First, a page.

In a 1998 case, Shaari v. Harvard Student Agencies, the Supreme Judicial Court ruled that statute unconstitutional as applied to matters of public concern. Citing a line of U.S. Supreme Court opinions leading back to the seminal 1964 case, New York Times v. Sullivan, the SJC said, “To apply this statute to the defendants’ truthful defamatory statement concerning a matter of public concern, even if the statement is malicious, violates the First Amendment.”
But the first circuit infers the presence of malice in the Noonan case, based on the circumstances: Staples never previously disclosed the name of a fired employee in communications with employees; it sent no memos about other employees fired for expense policy violations; and most of the 1500 recipients did not travel for the company and did not need to be reminded of the travel expense policy.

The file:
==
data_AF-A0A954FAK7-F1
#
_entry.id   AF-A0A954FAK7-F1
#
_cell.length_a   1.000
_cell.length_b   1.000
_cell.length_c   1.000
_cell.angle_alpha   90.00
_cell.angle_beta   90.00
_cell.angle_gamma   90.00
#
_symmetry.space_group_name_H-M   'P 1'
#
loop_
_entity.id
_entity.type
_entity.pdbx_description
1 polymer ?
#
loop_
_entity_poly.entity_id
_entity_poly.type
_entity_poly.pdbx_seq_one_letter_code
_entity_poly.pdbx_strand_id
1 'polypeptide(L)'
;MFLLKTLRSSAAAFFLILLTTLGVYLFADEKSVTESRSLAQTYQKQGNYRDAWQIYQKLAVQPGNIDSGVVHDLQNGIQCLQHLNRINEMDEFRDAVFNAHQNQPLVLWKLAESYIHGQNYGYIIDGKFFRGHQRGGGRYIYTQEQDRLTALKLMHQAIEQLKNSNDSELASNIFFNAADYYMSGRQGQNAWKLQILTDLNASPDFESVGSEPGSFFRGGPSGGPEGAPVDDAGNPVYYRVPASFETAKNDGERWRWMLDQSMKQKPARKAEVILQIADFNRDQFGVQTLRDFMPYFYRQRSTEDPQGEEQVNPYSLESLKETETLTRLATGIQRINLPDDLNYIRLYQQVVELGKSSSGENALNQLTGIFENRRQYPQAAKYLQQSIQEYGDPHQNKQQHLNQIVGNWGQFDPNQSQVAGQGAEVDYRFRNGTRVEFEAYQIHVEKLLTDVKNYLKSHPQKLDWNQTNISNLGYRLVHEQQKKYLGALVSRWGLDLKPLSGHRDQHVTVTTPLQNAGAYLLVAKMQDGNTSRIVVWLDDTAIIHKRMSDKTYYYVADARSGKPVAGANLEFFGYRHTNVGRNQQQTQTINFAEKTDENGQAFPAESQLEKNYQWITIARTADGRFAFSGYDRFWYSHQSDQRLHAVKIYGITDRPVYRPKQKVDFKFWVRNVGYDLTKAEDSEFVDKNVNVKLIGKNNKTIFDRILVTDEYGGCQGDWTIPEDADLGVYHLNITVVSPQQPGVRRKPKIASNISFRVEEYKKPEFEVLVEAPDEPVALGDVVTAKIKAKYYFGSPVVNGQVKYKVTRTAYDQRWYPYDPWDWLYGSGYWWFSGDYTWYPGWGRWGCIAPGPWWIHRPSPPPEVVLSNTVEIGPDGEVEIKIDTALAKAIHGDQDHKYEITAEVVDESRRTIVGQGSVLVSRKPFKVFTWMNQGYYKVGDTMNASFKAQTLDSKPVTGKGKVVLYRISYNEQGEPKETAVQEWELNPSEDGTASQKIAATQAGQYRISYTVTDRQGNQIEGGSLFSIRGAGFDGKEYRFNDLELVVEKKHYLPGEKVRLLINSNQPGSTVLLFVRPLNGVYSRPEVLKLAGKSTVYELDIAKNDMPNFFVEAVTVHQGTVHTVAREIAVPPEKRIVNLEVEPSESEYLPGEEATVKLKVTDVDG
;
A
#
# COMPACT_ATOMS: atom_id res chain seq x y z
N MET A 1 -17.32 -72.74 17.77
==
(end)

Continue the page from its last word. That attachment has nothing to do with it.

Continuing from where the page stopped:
The court dismissed the relevance of the New York Times case because it involved the question of libel against a public figure, not a private citizen like Noonan, and used the Shaari case to support its finding that “actual malice” in the statute should be understood in its common-law context of “ill will.”
Ambrogi calls the current decision “the most dangerous libel decision in decades.” The circuit court’s decision reversed its earlier affirmation of summary judgment in the case, and sends the matter back to the district court for further action. Appeals could ultimately bring the case before the Supreme Court. If upheld there, its applicability then could extend outside of Massachusetts if other jurisdictions have statutes providing the “acual malice” exception to the truth defense.